How do documentary producers and artists address the most common issues in the news and shed new light on them?
Through creativity, a keen ear for what's been left out of the dialogue, and a passionate desire to keep an issue in the forefront of the public mind.
Moderator Dmae Roberts guides multi-media artist damali ayo and producers Ahri Birnbaum, Jonathan Mitchell, and Sandy Tolan through a discussion about rising to the challenge and how listeners have responded to productions focusing on such topics as abortion, the Mid-East conflict, and issues of race.
Damali Ayo's award-winning work has been shown at galleries across the world. She speaks to colleges, high schools, non-profits and communities in the U.S. and Canada about race, art, and eco-living. Damali and her work have been featured in over 100 publications worldwide including Harper's, the Village Voice, Salon, and CSPAN2's Book TV. Damali's book, How to Rent a Negro was granted a 2005 Honorable Mention in the Outstanding Book Awards from the Gustavus Meyers Center for the Study of Bigotry and Human Rights. Her radio work Living Flag: Panhandling for Reparations won a Silver Reel award from the National Federation of Community Broadcasters.
Ahri Birnbaum served as co-executive producer of Shades of Gray, a one-hour documentary about the many truths inside the abortion issue in America. She is the former senior producer of PRI's Beyond Computers, a weekly program that intersected technology and culture.
Jonathan Mitchell is the creator and producer of The Truth. He's contributed a wide range of pieces—documentaries, fictional stories, non-narrated sound collages, and original music— to all sorts of public radio programs: Radiolab, Studio 360, This American Life, The Next Big Thing, and All Things Considered, to name a few. His work has won many awards, including the Peabody, the Golden Reel, and the Gold Mark Time Award for Best Science Fiction Audio. Mitchell studied music composition at University of Illinois and Mills College. He lives in New York City.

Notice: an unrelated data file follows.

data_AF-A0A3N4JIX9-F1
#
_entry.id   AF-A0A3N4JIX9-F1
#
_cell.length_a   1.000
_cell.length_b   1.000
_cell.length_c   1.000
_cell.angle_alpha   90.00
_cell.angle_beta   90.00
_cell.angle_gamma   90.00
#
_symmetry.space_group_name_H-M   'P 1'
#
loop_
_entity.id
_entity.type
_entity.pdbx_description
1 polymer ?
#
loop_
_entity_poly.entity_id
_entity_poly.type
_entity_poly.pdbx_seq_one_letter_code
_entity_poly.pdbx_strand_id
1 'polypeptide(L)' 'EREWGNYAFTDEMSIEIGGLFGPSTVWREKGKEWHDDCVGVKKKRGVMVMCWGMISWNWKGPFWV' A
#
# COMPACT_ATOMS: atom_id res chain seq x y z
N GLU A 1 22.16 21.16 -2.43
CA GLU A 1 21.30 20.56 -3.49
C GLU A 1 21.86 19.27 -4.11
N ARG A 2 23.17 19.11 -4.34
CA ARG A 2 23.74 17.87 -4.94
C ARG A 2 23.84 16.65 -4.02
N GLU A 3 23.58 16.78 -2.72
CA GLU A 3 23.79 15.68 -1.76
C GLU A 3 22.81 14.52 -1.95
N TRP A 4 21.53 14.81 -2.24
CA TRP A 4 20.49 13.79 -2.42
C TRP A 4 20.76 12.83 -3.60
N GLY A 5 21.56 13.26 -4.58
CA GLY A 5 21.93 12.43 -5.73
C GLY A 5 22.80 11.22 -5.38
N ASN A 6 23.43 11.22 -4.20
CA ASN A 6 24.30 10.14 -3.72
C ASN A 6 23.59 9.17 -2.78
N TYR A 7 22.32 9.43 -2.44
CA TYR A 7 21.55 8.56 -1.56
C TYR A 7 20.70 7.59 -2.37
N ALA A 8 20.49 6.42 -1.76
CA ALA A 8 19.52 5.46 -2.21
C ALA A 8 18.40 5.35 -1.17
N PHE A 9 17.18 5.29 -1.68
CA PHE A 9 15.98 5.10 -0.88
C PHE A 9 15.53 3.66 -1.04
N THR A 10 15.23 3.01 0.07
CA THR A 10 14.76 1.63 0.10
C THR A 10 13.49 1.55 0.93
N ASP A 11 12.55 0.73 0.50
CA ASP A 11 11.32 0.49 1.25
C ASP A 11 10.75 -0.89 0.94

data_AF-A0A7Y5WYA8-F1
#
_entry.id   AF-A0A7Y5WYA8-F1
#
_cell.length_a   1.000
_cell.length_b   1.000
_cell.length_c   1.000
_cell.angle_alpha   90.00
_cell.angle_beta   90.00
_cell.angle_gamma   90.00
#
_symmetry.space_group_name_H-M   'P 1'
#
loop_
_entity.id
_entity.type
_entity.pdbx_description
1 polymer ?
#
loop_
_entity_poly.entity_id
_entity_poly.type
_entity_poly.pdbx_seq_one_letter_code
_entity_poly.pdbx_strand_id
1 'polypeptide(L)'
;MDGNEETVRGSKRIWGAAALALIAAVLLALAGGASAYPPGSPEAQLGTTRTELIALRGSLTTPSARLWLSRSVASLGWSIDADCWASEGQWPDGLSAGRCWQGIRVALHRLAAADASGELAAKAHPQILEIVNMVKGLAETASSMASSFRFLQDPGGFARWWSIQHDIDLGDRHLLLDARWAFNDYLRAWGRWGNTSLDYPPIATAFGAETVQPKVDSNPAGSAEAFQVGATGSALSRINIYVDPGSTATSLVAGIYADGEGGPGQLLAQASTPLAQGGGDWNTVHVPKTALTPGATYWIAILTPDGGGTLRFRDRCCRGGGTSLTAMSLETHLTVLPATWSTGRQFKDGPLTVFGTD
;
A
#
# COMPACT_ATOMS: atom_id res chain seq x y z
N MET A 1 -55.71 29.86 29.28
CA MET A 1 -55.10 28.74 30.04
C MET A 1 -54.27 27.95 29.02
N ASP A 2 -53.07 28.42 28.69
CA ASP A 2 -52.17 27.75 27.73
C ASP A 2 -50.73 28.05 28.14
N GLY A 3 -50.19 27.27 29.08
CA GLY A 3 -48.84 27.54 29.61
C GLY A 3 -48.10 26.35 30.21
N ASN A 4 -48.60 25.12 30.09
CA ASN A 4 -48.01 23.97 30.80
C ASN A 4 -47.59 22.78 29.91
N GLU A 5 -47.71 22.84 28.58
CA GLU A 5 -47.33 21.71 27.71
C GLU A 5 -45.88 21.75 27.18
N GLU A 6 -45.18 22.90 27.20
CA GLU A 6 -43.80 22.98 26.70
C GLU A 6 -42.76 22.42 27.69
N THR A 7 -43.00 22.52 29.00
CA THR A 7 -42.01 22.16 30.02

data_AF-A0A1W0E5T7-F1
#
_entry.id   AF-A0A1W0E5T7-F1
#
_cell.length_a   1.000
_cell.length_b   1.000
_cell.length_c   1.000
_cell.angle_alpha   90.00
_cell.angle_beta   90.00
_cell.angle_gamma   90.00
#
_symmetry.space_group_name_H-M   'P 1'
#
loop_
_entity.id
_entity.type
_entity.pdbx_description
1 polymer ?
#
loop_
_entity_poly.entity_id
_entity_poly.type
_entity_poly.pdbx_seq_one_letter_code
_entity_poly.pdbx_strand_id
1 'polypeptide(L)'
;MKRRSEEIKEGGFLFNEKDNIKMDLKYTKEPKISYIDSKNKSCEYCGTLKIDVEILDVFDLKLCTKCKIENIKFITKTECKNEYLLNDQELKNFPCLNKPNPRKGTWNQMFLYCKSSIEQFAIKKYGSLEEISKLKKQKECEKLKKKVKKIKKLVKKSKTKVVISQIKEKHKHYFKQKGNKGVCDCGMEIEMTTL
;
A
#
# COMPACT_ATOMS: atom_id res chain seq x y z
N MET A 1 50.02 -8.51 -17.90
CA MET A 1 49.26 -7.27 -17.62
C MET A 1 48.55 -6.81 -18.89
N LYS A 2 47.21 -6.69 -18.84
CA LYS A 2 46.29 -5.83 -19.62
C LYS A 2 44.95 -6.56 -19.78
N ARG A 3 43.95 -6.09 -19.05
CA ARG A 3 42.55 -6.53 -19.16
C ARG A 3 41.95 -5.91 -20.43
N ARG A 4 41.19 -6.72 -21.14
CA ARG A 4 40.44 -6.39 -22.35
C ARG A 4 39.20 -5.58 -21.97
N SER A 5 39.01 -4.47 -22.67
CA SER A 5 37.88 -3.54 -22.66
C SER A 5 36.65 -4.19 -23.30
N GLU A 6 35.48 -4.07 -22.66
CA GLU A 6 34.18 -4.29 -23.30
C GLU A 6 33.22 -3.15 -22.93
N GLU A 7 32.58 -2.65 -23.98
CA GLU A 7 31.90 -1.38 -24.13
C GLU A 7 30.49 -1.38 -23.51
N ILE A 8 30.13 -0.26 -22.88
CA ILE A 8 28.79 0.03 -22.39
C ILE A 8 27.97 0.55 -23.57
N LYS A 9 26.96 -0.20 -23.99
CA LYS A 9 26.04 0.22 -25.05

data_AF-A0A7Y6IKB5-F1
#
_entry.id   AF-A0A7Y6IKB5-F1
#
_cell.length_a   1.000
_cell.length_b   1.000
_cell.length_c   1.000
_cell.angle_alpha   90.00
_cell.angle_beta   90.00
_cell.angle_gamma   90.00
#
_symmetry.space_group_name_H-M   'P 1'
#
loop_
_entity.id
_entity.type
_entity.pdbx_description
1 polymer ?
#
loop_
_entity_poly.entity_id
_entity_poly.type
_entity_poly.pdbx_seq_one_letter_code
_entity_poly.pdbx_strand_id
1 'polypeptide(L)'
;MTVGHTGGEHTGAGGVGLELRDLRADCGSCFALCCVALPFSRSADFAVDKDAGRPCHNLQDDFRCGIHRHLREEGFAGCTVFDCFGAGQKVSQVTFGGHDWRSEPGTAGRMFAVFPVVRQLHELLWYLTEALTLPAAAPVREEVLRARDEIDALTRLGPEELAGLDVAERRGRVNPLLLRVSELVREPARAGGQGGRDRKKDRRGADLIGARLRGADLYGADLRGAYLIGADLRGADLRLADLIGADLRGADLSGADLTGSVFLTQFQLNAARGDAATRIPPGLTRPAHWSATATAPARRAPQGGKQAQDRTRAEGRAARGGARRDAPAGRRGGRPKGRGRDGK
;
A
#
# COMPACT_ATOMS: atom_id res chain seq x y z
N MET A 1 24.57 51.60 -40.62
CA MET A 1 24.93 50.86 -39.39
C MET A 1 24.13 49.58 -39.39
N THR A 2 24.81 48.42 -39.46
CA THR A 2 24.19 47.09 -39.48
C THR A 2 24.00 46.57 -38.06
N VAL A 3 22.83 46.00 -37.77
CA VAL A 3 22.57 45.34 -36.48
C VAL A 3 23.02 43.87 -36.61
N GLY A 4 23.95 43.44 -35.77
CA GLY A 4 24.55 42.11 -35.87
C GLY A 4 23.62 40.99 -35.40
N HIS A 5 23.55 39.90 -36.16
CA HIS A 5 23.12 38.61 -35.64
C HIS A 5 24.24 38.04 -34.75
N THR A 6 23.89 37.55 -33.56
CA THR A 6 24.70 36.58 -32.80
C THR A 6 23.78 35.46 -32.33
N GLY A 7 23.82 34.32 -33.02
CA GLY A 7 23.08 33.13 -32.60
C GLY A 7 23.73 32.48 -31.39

Dmae Roberts is a two-time Peabody Award-winning radio artist and writer who has created groundbreaking personal, multicultural documentaries. Her documentary Mei Mei, a Daughter's Song is a harrowing account of her mother's childhood in Taiwan during WWII. Crossing East is the first Asian American history series on public radio. Roberts is a United States Artist fellow and is working on her memoir, Lady Buddha and the Temple of Ma. She was published in Radio Reality and is currently working with Steve Rowland to produce Shakespeare Is, six hours on the impact of the Bard.
Sandy Tolan is the author of two books: Me and Hank: A Boy and His Hero, Twenty-Five Years Later and The Lemon Tree: An Arab, A Jew, and the Heart of the Middle East. He has reported from more than 30 countries, written for more than 40 newspapers and magazines, and, as co-founder of Homelands Productions, has produced hundreds of documentaries and features for public radio. He's also an associate professor at the Annenberg School for Communication and Journalism at USC and, from 2000-2007, taught international reporting and radio at the Graduate School of Journalism at the University of California-Berkeley.